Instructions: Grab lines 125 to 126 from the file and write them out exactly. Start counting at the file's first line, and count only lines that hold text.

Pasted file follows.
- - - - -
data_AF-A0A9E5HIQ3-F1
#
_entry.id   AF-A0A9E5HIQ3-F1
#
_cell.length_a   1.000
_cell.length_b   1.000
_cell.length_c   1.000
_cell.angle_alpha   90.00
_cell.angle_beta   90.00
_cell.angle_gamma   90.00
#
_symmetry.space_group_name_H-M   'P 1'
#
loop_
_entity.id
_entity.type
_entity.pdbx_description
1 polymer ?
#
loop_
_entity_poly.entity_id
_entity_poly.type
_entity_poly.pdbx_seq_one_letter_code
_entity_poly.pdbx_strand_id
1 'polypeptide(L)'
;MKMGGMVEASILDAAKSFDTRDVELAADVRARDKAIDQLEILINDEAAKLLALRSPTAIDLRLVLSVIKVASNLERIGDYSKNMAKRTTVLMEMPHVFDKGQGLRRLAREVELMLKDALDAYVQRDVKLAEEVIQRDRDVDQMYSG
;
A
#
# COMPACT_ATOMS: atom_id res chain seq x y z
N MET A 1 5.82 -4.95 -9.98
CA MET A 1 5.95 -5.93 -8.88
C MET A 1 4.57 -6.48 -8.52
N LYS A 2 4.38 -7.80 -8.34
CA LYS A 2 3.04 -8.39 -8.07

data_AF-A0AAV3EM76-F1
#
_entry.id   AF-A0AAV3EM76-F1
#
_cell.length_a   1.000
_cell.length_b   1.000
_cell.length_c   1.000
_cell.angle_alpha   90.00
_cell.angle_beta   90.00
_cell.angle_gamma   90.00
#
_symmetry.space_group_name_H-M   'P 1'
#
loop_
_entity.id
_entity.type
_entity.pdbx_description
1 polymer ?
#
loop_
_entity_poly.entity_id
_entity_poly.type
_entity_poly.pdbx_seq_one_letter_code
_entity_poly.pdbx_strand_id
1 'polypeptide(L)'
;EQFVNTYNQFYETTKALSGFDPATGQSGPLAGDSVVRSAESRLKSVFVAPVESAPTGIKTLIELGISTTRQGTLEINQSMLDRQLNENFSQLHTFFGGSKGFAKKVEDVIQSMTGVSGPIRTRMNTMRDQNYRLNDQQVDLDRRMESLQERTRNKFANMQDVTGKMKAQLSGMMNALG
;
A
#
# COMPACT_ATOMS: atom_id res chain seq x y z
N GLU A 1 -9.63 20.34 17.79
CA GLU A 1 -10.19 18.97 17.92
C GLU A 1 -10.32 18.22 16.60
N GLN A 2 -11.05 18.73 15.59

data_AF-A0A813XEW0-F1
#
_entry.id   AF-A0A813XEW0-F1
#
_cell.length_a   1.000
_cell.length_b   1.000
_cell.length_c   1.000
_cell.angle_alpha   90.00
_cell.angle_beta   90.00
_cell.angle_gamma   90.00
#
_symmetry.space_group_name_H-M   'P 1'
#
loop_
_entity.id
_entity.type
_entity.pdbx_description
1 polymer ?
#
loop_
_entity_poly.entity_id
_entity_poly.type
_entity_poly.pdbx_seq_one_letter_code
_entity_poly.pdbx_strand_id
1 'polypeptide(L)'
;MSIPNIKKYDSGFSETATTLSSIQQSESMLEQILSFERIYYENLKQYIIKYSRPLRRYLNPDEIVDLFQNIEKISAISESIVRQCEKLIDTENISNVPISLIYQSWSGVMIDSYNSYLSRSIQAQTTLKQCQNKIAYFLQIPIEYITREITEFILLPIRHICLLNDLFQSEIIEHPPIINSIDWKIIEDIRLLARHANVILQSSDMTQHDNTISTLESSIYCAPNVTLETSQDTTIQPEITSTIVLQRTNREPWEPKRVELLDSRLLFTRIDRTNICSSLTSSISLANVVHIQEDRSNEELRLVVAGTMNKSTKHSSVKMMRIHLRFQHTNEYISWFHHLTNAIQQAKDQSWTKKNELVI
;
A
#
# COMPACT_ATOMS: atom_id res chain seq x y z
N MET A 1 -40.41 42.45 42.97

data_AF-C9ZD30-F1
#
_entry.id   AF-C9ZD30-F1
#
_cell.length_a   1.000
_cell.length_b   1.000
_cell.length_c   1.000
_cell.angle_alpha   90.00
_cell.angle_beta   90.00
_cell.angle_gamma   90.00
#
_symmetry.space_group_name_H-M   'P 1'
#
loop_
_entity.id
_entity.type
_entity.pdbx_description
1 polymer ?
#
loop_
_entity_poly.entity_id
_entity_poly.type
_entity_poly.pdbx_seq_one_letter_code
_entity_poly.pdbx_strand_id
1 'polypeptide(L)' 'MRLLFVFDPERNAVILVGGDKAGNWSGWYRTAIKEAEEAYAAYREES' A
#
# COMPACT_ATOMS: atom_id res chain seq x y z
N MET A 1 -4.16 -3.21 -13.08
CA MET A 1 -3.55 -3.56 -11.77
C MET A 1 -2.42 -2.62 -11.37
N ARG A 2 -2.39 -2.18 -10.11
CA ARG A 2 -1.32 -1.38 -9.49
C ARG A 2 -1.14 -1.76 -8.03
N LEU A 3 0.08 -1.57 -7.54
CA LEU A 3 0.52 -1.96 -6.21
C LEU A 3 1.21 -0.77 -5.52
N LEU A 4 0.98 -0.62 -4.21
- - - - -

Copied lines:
1 'polypeptide(L)' 'MRLLFVFDPERNAVILVGGDKAGNWSGWYRTAIKEAEEAYAAYREES' A
#